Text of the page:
Thursday, March 30, 2006

UN and parliamentary scientists argue over aftermath of Chernobyl

A group of European scientists argue that at least 130 times more people may ultimately die from the effects of the Chernobyl nuclear accident than the United Nations estimates, according to an article published in the Guardian newspaper on Saturday.

In a series of reports that will soon be published, the scientists, who were commissed by European parliamentary groups, medical foundations and Greenpeace International, claim that over 500,000 people already have died from the effects of the 1986 disaster and that another 30,000 are expected to die from cancer-related deaths. They have based their estimates on over 50 scientific studies, according to the Guardian.

The UN attributes only 50 deaths so far and estimates that 4,000 people may ultimately die, according to a 2005 statement by the UN's International Atomic Energy Agency. An IAEA spokesperson told the Guardian,"We have a wide scientific consensus of 100 leading scientists. When we see or hear of very high mortalities we can only lean back and question the legitimacy of the figures. Do they have qualified people? Are they responsible? If they have data that they think are excluded then they should send it."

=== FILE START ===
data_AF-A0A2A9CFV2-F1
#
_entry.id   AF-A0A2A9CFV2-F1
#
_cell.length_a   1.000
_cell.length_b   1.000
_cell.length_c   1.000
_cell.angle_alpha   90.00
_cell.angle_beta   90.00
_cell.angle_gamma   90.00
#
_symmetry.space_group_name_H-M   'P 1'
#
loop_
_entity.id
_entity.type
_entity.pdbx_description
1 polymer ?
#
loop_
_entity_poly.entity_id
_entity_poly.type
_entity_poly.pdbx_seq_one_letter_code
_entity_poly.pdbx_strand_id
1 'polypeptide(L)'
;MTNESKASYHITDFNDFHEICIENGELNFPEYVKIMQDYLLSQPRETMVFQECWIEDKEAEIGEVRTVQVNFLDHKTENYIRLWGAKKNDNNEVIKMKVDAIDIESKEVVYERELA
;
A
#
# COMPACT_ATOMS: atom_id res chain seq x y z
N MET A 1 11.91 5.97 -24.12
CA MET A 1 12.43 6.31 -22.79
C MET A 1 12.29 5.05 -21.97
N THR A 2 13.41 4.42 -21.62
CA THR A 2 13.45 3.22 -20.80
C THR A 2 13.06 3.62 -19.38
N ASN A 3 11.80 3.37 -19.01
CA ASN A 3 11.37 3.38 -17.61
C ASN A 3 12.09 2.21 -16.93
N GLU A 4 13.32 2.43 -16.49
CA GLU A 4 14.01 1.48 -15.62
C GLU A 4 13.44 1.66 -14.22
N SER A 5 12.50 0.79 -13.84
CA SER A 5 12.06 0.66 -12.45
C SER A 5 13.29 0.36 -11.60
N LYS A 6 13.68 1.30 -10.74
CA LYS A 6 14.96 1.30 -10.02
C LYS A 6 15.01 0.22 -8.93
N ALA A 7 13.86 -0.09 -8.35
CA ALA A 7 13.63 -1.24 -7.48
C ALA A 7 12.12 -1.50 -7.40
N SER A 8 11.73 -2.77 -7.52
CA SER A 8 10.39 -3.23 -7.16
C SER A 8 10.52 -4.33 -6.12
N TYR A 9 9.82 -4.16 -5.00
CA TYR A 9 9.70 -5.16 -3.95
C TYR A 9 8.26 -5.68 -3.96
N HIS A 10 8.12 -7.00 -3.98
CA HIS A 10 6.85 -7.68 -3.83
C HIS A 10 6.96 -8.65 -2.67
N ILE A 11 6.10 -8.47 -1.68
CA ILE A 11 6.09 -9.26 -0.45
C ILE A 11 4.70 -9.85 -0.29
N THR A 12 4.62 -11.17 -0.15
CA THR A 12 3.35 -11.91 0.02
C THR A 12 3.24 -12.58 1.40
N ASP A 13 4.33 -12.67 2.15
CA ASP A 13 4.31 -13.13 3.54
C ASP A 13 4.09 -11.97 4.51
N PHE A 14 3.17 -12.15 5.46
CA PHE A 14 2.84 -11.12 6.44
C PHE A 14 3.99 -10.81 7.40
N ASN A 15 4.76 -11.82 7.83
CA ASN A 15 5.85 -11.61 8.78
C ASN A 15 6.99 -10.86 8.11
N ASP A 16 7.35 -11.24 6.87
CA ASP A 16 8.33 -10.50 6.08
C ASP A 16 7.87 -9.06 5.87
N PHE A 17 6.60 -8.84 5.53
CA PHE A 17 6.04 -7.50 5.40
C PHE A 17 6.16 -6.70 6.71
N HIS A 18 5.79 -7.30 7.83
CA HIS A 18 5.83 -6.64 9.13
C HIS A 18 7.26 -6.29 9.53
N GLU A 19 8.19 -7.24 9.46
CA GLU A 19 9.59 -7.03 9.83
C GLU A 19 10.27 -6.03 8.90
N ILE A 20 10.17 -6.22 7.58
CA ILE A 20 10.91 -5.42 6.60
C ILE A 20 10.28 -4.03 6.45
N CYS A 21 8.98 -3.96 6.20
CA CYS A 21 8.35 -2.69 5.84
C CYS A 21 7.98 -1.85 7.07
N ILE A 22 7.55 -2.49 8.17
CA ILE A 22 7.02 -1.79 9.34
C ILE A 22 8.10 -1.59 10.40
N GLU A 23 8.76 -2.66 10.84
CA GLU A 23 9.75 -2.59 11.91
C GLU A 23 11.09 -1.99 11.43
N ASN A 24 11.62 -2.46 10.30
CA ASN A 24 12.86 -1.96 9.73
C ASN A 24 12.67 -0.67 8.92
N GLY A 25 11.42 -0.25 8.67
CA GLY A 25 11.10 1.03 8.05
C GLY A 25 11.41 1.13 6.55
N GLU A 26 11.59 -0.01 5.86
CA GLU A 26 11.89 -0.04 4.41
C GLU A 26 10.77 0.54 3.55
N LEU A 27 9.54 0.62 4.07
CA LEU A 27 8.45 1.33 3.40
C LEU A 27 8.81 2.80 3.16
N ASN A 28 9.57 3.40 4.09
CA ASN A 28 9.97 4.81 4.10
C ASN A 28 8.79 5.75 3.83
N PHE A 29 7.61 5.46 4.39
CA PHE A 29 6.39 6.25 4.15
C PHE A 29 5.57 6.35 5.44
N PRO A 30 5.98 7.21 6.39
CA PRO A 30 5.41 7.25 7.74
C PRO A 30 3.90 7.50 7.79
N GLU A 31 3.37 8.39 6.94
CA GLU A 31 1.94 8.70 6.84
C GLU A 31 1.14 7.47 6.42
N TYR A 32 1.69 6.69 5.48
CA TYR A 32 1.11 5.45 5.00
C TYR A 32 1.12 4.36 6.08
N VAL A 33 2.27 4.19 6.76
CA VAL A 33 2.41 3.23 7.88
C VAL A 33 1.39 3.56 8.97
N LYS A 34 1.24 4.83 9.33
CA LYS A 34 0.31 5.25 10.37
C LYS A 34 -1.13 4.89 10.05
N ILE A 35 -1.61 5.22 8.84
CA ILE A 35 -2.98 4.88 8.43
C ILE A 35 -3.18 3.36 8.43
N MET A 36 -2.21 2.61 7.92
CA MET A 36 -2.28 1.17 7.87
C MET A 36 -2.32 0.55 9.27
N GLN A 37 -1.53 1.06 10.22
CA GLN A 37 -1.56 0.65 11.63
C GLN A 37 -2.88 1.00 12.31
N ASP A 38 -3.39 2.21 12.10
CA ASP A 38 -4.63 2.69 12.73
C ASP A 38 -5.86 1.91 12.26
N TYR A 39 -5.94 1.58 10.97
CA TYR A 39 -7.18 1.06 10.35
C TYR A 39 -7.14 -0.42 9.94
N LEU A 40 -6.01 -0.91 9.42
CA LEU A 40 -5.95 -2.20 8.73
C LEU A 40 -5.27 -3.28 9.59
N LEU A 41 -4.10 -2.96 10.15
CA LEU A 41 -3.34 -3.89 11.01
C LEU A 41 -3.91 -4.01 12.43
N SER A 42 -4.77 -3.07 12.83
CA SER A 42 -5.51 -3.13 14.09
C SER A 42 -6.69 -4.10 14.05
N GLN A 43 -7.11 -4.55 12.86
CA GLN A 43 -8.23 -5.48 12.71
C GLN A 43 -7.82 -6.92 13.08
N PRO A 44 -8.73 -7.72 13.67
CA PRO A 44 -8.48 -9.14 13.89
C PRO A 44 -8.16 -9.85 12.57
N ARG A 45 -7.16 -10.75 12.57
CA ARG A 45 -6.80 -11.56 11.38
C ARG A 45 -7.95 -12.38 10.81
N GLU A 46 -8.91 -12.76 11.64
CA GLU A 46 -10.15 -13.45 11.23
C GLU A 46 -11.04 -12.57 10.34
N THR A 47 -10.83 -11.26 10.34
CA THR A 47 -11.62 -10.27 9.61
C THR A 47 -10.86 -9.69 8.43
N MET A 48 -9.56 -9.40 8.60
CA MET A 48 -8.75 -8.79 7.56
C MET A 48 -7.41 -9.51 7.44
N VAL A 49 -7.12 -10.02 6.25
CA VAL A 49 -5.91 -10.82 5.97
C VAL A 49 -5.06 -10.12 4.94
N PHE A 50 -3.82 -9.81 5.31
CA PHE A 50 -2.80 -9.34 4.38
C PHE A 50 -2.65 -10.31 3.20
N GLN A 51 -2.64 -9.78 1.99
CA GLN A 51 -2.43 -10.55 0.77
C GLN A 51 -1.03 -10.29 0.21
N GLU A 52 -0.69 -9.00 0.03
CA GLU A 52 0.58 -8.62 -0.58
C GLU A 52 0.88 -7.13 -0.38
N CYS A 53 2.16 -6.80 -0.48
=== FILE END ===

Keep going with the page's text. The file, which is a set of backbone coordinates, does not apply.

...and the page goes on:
Nikolai Omelyanets, deputy head of the National Commission for Radiation Protection in Ukraine, says that they sent this data to the UN twice last year. "They've not said why they haven't accepted it," he told the Guardian.

Next month marks the 20th anniversary of the Chernobyl accident, which occurred 80 miles north of Kiev in the Ukraine when there was a steam explosion in one of four reactors that led to a fire, a number of additional explosions, and eventually a nuclear meltdown.


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